Air Force's X-37B 'mini-shuttle' shrouded in secrecy.
Two years ago I co-hosted a wonderful pilgrimage focusing on a Shroud of Turin exhibit.
From The Albany Times-Union: A massive building is rising at the University at Albany 's nanotech complex amid a shroud of secrecy.
A fog-shrouded, fiery collision between a pair of semi tractor-trailer rigs early Monday morning south of Emmetsburg claimed the life of one truck driver.
Still, the Redskins (7-6), who have won four straight to move a game behind the first-place New York Giants in the NFC East, are trying their best to keep Griffin 's status shrouded in mystery.
Democrats Pull Shroud Over Fed Subpoenas.
Shrouds Illuminated at the LAB and Garage.
How these particles came to be is shrouded in mystery, but we do know it'll be good.
But her homecoming is shrouded in mystery, as DNA tests reveal she may not be exactly who she says she is.
The architectural profession is shrouded in mystery.
Polaris on the cap shroud.

In science:

The redder sources are intrinsically similar to the warmer stars, but are enveloped in a thick shroud of dust.
An Upper Limit to the Age of the Galactic Bar
Type IIn events as Type Ia thermonuclear explosions shrouded by a substantial layer of circumstellar material.
Rates and Progenitors of Type Ia Supernovae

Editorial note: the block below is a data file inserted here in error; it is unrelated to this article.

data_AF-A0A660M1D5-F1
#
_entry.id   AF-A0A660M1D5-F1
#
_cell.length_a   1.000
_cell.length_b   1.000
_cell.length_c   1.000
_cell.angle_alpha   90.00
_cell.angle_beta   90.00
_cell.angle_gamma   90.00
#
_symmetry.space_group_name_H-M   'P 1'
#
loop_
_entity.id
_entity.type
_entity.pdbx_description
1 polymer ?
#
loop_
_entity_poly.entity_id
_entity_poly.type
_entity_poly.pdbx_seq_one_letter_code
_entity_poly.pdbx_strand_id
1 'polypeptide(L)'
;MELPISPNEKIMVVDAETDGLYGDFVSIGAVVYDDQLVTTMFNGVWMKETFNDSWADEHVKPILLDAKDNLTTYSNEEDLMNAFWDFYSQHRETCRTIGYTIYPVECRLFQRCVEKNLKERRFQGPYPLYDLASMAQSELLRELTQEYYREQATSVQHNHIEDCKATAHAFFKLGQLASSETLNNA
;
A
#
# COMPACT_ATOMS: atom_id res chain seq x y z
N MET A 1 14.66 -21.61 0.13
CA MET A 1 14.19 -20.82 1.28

With the availability of integral-field spectroscopy (IFS) in the near infrared (IR) the gas as well as the stars can be mapped in two dimensions even in dust-shrouded galaxy centers, like Cen A.
The central parsecs of Centaurus A: High Excitation Gas, a Molecular Disk, and the Mass of the Black Hole
The central ob ject is now shrouded by a large amount of dense absorbing gas and hot and cold dust which makes observations at optical and UV wavelengths difficult.
3D modelling of the colliding winds in Eta Carinae - evidence for radiative inhibition
Gravity may be the one force of nature we are intuitively most familiar with, but its theoretical understanding – despite the beauty of general relativity and string theory – is still shrouded in surprisingly many layers of mystery.
General Covariance in Gravity at a Lifshitz Point